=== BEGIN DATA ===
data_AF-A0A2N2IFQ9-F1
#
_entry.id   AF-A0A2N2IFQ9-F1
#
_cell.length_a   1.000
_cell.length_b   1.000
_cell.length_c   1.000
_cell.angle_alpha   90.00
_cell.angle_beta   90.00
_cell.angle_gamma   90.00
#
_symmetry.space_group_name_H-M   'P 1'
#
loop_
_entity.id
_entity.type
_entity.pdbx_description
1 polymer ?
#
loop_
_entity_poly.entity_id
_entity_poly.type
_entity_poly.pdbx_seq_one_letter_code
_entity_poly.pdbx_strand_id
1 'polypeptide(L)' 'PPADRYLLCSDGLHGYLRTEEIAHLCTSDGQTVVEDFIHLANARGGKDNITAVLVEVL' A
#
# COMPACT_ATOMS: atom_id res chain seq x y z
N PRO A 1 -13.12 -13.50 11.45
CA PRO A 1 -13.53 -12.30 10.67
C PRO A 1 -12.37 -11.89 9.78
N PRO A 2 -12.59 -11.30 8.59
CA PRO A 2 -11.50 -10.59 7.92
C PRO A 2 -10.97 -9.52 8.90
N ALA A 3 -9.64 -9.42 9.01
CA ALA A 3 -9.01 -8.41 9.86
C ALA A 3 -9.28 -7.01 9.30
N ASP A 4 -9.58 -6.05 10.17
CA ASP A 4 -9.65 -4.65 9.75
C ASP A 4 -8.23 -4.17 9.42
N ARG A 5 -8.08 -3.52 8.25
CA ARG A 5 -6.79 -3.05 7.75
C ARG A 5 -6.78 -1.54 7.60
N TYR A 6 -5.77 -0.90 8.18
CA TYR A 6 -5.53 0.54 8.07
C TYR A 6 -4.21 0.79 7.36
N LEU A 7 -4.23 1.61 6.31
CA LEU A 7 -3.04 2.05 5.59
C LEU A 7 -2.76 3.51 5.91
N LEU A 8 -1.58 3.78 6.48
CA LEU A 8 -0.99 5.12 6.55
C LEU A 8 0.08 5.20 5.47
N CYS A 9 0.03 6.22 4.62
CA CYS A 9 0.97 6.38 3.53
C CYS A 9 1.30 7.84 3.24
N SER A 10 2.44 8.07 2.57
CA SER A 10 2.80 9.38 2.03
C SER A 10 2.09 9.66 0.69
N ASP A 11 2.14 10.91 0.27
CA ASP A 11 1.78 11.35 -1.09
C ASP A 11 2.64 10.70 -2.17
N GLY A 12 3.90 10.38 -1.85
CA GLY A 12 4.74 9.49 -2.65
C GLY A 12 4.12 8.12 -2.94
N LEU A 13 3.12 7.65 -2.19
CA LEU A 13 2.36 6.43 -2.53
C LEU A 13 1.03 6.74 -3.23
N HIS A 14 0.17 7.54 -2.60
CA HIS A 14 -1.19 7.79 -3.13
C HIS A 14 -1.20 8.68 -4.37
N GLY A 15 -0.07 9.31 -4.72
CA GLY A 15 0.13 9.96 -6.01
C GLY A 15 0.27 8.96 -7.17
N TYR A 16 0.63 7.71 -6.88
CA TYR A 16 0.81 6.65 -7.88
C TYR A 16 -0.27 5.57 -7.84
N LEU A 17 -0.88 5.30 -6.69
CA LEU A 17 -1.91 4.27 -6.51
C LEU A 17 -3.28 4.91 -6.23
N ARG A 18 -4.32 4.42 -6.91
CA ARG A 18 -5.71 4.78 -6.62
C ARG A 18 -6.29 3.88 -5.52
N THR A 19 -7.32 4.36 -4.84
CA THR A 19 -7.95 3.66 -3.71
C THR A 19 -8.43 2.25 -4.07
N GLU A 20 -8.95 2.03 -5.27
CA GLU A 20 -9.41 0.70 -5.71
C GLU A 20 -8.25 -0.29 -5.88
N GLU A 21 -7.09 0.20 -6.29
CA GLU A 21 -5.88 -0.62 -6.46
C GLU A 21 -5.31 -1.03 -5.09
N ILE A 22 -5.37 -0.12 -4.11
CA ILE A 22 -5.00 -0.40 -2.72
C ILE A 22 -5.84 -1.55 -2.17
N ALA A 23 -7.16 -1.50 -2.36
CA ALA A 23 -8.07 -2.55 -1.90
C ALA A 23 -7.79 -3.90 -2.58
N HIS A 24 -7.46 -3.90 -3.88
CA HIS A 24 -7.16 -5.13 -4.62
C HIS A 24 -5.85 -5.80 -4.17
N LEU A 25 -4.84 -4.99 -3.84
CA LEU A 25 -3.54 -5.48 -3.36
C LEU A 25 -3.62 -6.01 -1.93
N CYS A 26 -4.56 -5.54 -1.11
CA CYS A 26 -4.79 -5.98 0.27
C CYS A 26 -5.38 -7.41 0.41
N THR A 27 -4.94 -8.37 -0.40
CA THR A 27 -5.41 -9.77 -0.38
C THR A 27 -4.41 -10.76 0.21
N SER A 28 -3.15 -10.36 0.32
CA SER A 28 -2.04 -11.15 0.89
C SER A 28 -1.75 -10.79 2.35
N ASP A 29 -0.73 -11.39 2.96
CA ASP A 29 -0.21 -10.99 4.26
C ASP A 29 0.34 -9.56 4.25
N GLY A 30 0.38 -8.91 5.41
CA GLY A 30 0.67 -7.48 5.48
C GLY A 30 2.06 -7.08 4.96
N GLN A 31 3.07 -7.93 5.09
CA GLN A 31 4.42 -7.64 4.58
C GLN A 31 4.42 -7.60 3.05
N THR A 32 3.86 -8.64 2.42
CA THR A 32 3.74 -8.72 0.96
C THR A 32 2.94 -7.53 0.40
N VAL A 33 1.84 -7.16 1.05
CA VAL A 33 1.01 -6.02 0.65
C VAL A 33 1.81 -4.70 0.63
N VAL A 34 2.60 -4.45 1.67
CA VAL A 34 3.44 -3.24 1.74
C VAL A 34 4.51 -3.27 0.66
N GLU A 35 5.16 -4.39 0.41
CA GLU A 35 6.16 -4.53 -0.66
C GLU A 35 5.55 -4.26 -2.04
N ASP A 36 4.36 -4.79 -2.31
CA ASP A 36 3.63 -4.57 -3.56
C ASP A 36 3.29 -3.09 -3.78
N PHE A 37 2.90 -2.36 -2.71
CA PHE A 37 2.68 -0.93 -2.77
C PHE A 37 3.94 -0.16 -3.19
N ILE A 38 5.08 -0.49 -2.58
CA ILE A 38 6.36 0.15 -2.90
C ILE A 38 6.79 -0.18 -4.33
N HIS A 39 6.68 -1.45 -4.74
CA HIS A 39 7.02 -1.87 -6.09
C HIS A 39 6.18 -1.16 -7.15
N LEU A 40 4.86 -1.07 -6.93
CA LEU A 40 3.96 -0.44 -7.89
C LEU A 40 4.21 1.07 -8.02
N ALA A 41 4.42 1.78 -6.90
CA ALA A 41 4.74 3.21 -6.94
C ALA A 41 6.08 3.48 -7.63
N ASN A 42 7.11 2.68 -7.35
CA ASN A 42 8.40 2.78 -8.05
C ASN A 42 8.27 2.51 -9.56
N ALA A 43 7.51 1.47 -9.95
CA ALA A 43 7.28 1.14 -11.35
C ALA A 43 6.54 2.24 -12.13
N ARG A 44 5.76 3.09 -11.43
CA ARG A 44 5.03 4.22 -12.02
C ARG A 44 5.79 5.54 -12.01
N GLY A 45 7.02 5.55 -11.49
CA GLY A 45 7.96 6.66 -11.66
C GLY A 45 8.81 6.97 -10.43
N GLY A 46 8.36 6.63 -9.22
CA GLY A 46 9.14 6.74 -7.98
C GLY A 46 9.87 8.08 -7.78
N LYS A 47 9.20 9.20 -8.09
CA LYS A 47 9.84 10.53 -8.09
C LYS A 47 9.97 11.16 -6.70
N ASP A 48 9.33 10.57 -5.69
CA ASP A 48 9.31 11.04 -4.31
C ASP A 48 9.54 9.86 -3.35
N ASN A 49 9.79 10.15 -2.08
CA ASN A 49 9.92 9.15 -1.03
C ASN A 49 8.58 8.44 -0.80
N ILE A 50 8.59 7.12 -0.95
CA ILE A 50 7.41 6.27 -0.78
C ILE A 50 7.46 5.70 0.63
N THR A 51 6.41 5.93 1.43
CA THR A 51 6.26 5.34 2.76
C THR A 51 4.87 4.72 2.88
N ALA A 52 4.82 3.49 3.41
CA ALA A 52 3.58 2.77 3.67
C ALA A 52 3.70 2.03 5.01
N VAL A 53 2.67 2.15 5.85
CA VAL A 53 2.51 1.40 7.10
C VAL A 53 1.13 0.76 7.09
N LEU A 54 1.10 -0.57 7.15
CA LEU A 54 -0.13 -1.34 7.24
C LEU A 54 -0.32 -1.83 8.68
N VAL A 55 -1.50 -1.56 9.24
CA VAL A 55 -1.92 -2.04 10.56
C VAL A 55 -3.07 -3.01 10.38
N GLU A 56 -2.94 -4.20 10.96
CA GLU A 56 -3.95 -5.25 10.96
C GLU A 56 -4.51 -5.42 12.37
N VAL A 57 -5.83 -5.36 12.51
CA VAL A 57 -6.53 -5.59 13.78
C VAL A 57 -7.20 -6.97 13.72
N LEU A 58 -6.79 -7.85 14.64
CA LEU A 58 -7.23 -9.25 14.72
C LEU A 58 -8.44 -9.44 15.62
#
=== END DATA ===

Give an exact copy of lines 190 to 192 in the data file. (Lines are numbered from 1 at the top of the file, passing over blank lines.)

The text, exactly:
N VAL A 55 -1.50 -1.56 9.24
CA VAL A 55 -1.92 -2.04 10.56
C VAL A 55 -3.07 -3.01 10.38